Sunday, March 21, 2010
I've been writing a blogpost in my head about my mother lately. This morning, I found a poem by Mary Oliver (you may read it in the previous post) that I found true and beautiful, but I don't want to write about my relationship with my mother, or speculate about the mystery of who she was, or cry over her. Not today. I just want to see if I can create some kind of image of her that will feed my heart for the time being. In the world of the spirit, our relationships are just as complicated with those who have passed as with the living. Our ties with the dead continue to evolve and change and impact us with no need for traditional communication. And, I have found that as the years go by, it is far more difficult, or maybe just less necessary, to put into sentences our memories of them. I see my mother now in the things of the world that remind me of her. This is how people stay alive for us, I think-through the life of what remains.
I have some of her posessions: her collection of turquoise Indian jewelry from a long-ago trip to New Mexico; an Indian print skirt, the tiny waist of which has always been a silent reproach; some art books. In the next layer, I have my deep love for the work of certain artists and artisans; my ability to sew (though never quite as well as she did); my vegetarian stirfry recipes; my fine hair; my ambivalent relationship with my femininity, my vulnerability, my body, men.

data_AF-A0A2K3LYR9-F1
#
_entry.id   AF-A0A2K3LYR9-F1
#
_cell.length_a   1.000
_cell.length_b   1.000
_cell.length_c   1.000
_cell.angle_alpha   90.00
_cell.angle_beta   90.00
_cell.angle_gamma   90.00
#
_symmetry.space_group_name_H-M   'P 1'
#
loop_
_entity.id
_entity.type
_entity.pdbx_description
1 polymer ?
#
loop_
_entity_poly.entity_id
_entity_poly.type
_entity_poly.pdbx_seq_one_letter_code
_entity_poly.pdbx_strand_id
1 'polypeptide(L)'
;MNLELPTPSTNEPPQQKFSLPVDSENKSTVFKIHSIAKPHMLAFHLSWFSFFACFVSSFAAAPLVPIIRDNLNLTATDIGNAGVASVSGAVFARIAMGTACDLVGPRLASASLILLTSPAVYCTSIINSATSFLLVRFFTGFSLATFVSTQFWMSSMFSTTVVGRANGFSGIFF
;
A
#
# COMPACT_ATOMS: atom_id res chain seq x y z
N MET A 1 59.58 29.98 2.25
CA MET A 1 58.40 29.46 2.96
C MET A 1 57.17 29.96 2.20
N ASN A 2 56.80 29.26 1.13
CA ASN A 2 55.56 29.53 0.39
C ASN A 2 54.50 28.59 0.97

Every day things bring me back to her: ordering a muffin and coffee never fails to conjure up images of the two of us in a booth at the little luncheonette at JP Penney's (we split the muffin). When I see a big, luxurious sedan, particularly in a pastel color, I smile thinking of her beloved powder-blue Buick Electra. My little dog sleeps on my lap, as hers did each evening. When I see a Vera scarf, a bright flowered pattern, a colorful dress or dangly earrings, I see her wearing them. When I wish I had been less afraid in my earlier life, less dependent on the affections and the approval of a man, less worried about the results and more interested in the adventure, I think of her, and I wonder how her life would have been, or mine, for that matter, if we had been born now instead of then.
It has been 32 years since my mother died. I had seen her at Christmas, and she seemed tired. I teased her about that: she didn't even want to go to the fabric store. She died two weeks later, and I got the news from my dad, over the phone, on a cold January night. My father told me that she begged not to go to the hospital-she hated hospitals. Her complicated medical issues necessitated far too frequent visits and she insisted that she would be fine. When it was apparent that she was failing, he wrapped her up in the tartan plaid flannel bathrobe I got him
for Christmas and rushed her to the emergency room. She was taken off life support the following day. She was 52.
She died before I realized that I needed her much more than she needed me; long before I realized what she could teach me. The lessons are still there for me to learn, but only if I find new ways to listen.